Leave a comment »

Greek Bonds are Useless Junks says Standard & Poor’s

BBC News: Click Here

According to BBC News, global stock markets tumbled after Greece’s debt was downgraded to “junk” by rating agency Standard & Poor’s over concerns that the country may default.

As uncertainty of whether Greece will get financial support from EU and IMF to clear up its looming debt increases, many rating agency such as Standard & Poor’s has rated Greek bonds as junks, rubbish.

What does it mean when a rating agency says that now Greek bonds are ‘junk’? It means that it is now very risky to invest on. It is mainly because of Greek’s apparent lack of ability to pay its bills. So there is a higher chance that an investor will lose money for investing in a country falling into the abyss of ever increasing debt.

Greece’s finance ministry said in a statement that the downgrade “does not correspond with the real data of the Greek economy.” Greek finance ministry denies that the down-rating doesn’t reflect the real Greek economy, however, this incident showed investor’s distrust toward the Greek economy.

If Greece does not take action to reduce debt and get help from the EU and IMF, it may default.

What’s default and what happens if a country defaults?

Lets look into what the definition of default is. Default is simply announcing that you cannot pay the debt in the due date. It doesn’t mean that the government will go bankrupt and the debt wouldn’t go away. The debt will always be there and the investors/lenders will demand you to repay the debt whenever possible.

What are the consequences of a country defaulting? There are several effects to this. First of all, the currency of the country becomes a rubbish or a paper tower (or no better than a paper tower). Foreign investors will have distrust against the currency of the defaulted country and the value of the currency will drop significantly. As the value of the currency goes down, it makes the imported goods insanely expensive, which will lead to inflation and shortage of necessary goods. If a country has high food dependency on importing, many people will starve to death as there are simply shortage of food due to expensive importing.

People will loose confidence and the recession or more like disintegration of economy will be in a vicious circle. So by this stage, there is ultimately nothing a country can do to recover. So Greece should get help from EU and IMF quickly by giving them confidence that they can pay back the borrowed money.

Leave a comment »

Limitations of GDP (Gross Domestic Products)

Many economists rely on GDP (Gross Domestic Products) to analyze and compare economies. However, there are several limitations of GDP as all macroeconomic statistics do.

One of the limitations is that ‘nominal’ GDPs do not take into account that there are inflations and deflations. So let’s say that there was 10% inflation and the GDP increased 10%. Some could say that GDP has increased by 10% and that is economic growth. However, it these people didn’t take into account that in fact inflation has caused this increase in GDP. So this is one of the limitation of ‘nominal’ GDP. There is another GDP called ‘real’ GDP that takes inflation/deflation out of the GDP and tries to measure the ‘true’ GDP of an economy.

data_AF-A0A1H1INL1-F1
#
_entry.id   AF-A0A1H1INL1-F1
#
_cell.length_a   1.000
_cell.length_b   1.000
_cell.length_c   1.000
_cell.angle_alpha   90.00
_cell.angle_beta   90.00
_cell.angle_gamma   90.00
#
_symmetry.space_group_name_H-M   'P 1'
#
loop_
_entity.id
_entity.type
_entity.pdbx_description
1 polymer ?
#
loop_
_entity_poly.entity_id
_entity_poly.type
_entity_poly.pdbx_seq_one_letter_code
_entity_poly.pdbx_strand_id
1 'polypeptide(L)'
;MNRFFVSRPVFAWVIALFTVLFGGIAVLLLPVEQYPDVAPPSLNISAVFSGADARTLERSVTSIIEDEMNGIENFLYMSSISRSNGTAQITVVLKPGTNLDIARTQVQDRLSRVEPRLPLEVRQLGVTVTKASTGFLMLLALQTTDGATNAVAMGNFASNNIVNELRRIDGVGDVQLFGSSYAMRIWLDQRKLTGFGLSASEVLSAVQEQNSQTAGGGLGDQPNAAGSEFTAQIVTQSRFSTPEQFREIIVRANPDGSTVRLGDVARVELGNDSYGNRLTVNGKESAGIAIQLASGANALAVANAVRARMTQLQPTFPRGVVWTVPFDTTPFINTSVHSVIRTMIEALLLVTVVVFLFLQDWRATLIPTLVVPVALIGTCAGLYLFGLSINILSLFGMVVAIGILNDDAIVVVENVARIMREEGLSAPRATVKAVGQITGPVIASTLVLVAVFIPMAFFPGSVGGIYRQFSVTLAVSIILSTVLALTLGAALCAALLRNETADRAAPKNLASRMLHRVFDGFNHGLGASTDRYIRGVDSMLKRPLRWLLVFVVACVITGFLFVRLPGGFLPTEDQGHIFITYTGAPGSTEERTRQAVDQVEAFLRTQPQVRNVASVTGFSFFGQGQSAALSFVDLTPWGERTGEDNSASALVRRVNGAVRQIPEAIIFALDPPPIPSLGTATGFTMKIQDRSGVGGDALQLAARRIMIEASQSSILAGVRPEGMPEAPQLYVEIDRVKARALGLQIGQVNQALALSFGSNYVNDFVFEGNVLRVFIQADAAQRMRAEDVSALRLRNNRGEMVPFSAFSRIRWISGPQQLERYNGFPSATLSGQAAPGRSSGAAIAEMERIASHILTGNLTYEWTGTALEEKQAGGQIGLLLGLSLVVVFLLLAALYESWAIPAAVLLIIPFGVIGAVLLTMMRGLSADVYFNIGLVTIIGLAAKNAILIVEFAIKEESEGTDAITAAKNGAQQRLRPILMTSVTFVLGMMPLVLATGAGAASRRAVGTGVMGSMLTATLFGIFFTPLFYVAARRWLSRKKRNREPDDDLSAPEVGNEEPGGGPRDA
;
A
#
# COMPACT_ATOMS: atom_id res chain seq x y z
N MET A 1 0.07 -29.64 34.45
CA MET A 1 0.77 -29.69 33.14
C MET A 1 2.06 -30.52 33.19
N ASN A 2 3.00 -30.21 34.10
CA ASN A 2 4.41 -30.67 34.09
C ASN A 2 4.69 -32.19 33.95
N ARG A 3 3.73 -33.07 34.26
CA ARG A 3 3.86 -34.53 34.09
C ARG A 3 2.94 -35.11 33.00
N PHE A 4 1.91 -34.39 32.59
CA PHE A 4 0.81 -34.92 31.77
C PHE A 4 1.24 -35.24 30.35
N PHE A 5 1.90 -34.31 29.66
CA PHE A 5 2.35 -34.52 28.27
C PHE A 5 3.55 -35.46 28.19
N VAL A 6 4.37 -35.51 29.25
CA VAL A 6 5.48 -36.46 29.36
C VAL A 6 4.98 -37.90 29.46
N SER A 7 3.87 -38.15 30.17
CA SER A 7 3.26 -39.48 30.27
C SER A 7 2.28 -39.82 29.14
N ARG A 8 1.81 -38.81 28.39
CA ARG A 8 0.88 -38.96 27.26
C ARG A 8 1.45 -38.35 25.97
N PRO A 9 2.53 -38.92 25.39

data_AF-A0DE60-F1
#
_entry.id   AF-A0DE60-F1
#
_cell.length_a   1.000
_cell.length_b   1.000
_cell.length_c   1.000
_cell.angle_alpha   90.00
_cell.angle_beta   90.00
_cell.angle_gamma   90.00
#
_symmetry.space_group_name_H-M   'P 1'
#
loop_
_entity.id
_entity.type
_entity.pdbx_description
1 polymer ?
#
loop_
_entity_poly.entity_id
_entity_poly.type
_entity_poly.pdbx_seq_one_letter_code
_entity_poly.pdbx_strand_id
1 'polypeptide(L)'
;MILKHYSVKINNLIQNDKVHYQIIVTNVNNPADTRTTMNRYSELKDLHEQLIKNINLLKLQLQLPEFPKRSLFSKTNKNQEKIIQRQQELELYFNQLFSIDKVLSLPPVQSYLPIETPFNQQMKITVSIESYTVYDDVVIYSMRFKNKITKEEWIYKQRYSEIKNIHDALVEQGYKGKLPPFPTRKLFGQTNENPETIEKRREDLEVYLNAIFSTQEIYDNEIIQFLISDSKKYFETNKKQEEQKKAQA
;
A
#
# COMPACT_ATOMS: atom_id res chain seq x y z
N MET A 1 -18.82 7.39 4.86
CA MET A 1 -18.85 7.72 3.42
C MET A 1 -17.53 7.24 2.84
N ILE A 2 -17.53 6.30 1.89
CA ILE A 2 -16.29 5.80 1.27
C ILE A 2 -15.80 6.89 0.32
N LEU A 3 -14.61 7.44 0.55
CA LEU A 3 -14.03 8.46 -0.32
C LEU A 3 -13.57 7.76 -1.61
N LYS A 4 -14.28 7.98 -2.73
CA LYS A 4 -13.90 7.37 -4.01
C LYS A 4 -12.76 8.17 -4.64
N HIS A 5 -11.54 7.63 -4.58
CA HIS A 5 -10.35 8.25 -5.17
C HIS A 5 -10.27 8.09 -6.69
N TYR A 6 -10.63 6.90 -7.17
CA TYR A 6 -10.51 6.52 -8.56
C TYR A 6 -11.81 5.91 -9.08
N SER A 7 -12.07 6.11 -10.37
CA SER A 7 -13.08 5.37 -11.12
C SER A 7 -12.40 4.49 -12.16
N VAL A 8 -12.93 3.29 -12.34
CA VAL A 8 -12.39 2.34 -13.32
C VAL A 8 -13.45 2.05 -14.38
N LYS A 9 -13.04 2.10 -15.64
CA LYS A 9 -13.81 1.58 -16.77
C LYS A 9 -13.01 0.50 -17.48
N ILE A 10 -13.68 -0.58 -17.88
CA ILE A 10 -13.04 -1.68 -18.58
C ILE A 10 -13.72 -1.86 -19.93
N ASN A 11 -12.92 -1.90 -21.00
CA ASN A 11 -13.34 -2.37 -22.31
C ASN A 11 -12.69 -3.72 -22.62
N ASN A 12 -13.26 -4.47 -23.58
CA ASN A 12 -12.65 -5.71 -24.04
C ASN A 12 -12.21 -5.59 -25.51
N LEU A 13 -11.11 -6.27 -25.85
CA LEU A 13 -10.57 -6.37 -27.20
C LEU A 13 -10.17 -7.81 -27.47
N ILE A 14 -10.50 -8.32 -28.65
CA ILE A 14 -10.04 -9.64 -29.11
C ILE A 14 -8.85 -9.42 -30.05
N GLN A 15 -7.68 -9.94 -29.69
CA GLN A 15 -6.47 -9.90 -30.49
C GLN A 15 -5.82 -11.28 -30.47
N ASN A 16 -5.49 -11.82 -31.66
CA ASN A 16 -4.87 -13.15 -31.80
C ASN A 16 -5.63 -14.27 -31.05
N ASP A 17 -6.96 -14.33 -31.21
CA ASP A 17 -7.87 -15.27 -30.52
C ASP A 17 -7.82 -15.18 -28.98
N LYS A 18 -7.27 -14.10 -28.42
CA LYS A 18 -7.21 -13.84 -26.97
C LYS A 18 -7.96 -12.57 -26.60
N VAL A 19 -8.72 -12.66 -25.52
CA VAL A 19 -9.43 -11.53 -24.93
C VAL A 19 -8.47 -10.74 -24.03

The second limitation is that GDP does not measure negative externalities. For example, the CO2 emission produced by economic activity would not be considered in measuring GDP. Also, depletion of some resources are not considered either. So, this limitation is greatly criticized by ecological economists.

Another limitation is that GDP’s could change due to change in exchange rate to US dollar. Notice how GDP is calculated in USD. So GDPs of foreign countries would change due to their change in currency value. For example, Japan’s recent GDP would rose due to their strong yen. So, change in currency values could change the GDP. However, this is not the problem of United States because the country uses USD.

There is one last limitation to GDP. It is that GDP’s do not measure black markets and illegal economic transactions. For example, if some drug dealer sells $1 million dollar of drugs to some country this will not be counted in the GDP. Some people will say that these kind of economic activities would comprise only a meager proportion of GDP, however, United States, for example, has 10~20% of illegal black markets to its GDP.

In sum, these were the limitations of GDP. Despite these limitations, GDP is considered to be one of the best methods of measuring/comparing economies.

Comments (4) »

Saving is a Good Habit, but also a Bad Habit

Japan’s $15 Trillion Not Enough to Make It a Buy by William Pesek: Click Here

Is saving a good habit? If you look at Japanese people, they save a lot. As a result of assiduous saving, Japanese households have about $15 trillion according to the Bloomberg commentary by William Pesek. Wow, $15 trillion dollars! It’s higher than United State’s GDP of $14.2 Trillion (2008). However, the author acerbically criticized that Japanese people’s habit of saving is actually harming the Japanese economy for several reasons.

As you see, the saving is considered as a leakage along with importing and taxing. Why is saving considered a leakage? It is because the money saved is not used in the economy or market for long period of time. It is like blocking a current of river by building a dam. Saving is necessary, however, excessive saving can result in deflation, which Japan is severely suffering from.